email Officer Paquin
Officer Paquin has been with the Farmington Police Department since 2003. He graduated from the Holyoke Community College with an Associates Degree in Criminal Justice in 1980. Officer Paquin has been in Law Enforcement since 1986. He retired from the Arlington County, Virginia Police Department as a Sergeant in 2003. Prior to his career in Law Enforcement, Officer Paquin was a United States Marine and a Special Security Officer for the United Nations in Geneva, Switzerland. Officer Paquin was assigned to the Farmington Police Department Detective Division in December 2009 in the SRO/Juvenile Detective position. Officer Paquin is married and has 13 children, 10 of whom still live at home with him. Officer Paquin also has 2 grandchildren. Officer Paquin and his wife adopted some of their children. He enjoys spending all of his available time with his family.
Officer Paquin is very involved in community organizations:
Officer Paquin is the Assistant Local Community Organizer for the San Juan County Toys For Tots Program.
He is a Rider Coach and Site Coordinator for the New Mexico Motorcycle Safety Program and lectures at driving schools often.
Officer Paquin is licensed and certified to drive School Buses.
Officer Paquin is Certified as a Police Bicycle Operator
Officer Paquin is Certified as a CPR/AED Instructor
Officer Paquin was the Farmington Police Department Officer of the Year recipient for 2004. Officer Paquin and his wife were Foster Parents for 5 years and during that time were named Foster Parents of the Year for 2005. Officer Paquin was awarded the Chief's Community Involvement Award for 2013.
Over the course of his career, Officer Paquin has held positions as a Patrol Officer, Motorcycle Officer, Crime Scene/Evidence Technician, Special Weapons and Tactics Operative, Field Training Officer, and Shift Supervisor. He is certified as a Traffic Crash Reconstructionist, Child Safety Seat Technician, National Association of School Resource Officers, and the Law Enforcement Bicycle Association.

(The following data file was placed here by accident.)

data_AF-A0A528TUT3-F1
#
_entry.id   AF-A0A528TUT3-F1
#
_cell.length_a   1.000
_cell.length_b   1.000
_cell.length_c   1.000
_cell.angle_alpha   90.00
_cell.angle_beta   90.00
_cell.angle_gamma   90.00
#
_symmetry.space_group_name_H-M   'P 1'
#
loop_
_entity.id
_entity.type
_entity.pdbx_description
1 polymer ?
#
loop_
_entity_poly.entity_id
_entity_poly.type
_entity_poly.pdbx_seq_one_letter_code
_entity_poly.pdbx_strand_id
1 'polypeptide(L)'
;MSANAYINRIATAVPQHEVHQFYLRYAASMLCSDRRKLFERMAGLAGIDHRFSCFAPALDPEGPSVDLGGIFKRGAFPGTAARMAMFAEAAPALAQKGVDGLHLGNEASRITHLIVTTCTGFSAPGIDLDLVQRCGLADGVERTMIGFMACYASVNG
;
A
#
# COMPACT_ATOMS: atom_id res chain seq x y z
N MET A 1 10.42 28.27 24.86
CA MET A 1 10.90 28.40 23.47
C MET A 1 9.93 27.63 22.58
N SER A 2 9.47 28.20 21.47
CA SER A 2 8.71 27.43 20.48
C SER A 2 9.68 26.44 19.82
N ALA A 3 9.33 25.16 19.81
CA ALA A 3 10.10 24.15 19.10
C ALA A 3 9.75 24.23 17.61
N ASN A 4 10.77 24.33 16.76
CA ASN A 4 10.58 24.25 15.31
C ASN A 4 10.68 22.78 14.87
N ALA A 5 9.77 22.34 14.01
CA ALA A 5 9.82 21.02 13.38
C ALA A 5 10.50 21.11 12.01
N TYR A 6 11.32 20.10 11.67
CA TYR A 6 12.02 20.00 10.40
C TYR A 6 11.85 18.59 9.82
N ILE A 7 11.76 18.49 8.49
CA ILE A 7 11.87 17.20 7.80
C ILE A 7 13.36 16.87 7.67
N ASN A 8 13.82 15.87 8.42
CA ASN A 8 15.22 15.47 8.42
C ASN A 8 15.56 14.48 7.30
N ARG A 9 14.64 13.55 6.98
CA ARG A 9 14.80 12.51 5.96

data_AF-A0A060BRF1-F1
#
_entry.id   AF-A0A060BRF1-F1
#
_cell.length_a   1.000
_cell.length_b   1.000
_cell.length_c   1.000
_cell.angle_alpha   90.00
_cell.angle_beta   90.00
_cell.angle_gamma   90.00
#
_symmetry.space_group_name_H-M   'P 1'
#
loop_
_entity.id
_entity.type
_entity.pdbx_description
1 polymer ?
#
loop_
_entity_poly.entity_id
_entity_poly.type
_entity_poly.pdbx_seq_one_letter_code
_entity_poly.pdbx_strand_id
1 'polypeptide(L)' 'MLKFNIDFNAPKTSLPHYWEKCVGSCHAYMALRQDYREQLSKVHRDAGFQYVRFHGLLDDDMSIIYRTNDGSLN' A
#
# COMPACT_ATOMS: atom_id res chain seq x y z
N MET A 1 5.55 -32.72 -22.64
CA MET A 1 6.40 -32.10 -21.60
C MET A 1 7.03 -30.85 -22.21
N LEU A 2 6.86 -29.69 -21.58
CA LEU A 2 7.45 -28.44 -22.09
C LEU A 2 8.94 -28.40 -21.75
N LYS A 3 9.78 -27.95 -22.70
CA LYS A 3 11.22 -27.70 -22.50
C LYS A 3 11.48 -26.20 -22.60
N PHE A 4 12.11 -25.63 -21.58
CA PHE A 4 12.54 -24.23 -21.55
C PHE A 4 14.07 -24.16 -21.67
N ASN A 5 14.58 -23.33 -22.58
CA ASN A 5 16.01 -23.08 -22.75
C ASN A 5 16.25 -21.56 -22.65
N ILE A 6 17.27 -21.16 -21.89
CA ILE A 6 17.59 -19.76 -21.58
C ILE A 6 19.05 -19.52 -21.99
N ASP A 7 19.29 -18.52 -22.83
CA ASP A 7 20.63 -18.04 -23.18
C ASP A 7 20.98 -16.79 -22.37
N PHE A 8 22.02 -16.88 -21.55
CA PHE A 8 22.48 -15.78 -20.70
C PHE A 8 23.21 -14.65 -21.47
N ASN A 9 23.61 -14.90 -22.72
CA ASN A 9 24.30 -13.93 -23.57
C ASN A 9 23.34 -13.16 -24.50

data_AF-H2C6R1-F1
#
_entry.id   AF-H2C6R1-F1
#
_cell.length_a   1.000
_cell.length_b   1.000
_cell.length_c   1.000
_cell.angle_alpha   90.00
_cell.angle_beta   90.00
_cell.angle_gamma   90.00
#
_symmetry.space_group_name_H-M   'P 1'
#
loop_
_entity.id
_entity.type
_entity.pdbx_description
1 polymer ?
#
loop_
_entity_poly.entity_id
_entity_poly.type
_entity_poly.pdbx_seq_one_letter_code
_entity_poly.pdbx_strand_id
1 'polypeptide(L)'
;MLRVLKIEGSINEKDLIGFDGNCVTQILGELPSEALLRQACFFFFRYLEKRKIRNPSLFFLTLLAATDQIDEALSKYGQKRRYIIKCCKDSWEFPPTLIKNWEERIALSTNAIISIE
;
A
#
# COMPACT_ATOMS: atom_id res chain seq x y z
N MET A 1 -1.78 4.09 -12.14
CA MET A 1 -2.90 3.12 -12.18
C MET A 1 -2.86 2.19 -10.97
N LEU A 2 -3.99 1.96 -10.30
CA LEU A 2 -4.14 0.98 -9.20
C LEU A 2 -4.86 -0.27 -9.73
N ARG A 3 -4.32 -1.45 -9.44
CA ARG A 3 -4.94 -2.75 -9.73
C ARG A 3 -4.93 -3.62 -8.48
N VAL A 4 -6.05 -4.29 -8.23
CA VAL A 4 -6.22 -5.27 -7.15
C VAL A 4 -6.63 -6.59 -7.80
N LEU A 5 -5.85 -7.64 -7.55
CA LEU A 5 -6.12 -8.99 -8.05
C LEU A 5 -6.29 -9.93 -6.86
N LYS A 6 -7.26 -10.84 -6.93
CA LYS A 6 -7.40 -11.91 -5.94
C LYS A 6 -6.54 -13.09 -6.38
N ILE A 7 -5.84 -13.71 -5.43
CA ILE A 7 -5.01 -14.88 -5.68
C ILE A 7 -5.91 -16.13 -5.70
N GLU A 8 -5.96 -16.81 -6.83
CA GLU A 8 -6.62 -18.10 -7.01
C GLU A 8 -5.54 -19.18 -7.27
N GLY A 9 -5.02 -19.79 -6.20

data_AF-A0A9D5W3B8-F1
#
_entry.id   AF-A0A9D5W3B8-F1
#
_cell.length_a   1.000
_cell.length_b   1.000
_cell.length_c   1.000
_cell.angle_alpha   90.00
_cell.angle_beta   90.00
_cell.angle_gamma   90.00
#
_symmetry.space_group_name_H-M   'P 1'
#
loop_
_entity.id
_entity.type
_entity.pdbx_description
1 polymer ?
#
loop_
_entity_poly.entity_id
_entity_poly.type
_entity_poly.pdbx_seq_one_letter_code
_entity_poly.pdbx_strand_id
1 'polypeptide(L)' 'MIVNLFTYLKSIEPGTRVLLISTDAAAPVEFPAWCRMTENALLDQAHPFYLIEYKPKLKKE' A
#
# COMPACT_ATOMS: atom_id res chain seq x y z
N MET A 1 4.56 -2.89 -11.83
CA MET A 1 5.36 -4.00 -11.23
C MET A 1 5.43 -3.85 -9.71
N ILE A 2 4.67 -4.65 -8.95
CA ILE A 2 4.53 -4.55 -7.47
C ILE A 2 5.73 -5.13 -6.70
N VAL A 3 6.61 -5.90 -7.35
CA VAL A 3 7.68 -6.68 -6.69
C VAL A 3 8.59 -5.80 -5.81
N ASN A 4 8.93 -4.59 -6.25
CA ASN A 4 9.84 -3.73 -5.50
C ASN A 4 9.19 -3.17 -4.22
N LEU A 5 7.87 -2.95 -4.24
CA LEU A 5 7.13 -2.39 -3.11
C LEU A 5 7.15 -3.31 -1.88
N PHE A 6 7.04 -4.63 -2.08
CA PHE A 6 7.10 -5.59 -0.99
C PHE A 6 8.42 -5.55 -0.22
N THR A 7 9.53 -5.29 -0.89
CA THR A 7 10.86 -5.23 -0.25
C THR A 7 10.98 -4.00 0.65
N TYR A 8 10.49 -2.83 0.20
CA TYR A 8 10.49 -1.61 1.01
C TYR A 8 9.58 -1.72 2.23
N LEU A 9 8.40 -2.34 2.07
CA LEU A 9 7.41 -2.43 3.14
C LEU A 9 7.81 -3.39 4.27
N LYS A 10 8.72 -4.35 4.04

Juvenile Detective FPD
SRO Piedra Vista High School
(505) 599-8880 X3230
School Resource Officers:
School Resource Officers (SRO's) were first implemented into the Farmington Municipal Schools in 1990. The program is part of the Farmington Police Department Community Policing Effort. There are currently 6 School Resource Officers who provide service to three High Schools, four Middle Schools, and ten Elementary Schools.
These officers are first and foremost police officers. The goal of the SRO Program is to bridge what was a widening gap between the youth of the community and the police. The SRO's work very closely with the Office of Juvenile Probation of the Division of Children, Youth, and Families. The idea being to attempt to prevent juveniles from commiting criminal offenses placing them into the Juvenile Justice System. This is generally accomplished through education efforts. The SRO's also work closely with the Student Assistance Counselors. The SRO's must often react to criminal problems in or around the schools through traffic enforcement, Citations for Delinquent Acts, or the detention (arrest) of a juvenile.
If there is an issue you find regarding a student, it is very important that you first contact school officials. A SRO must follow constitutional law. If the problem appears to be criminal in nature, the school officials will contact the SRO. The SRO then works with the school officials to determine the best course of action to be taken.
Law Enforcement Career Opportunities
Juvenile Justice Processes
Netsmartz- Internet/Technology Safety
The SRO's also conduct presentations regarding Parent Awareness.
Each year, the SRO's conduct a "Summer Adventure Challenge" for at risk juveniles. During these sessions, juveniles are instructed in overcoming challenges such as Land Navigation by using a compass, Rapelling, Canoeing and Water Rescues , Safe Bicycle Operation, and Team Building.
Each SRO is also a Juvenile Detective and therefore are assigned cases involving juveniles. This includes documenting these incidents through police reports, conducting follow-up investigations, and sometimes testifying in court.
Schools also request SRO's to work at sporting events, dances, and other functions.
SRO's are available to assist you with many various issues. The issues do not need to be criminal in nature. SRO's have many community contacts to assist with family issues as well.
SRO's are obligated by law to keep information confidential. This applies even if the information was given to us by school personnel. it must be remembered that if the situation develops a concern with the safety of anyone, the officer can pass pertinent information to anyone deemed necessary.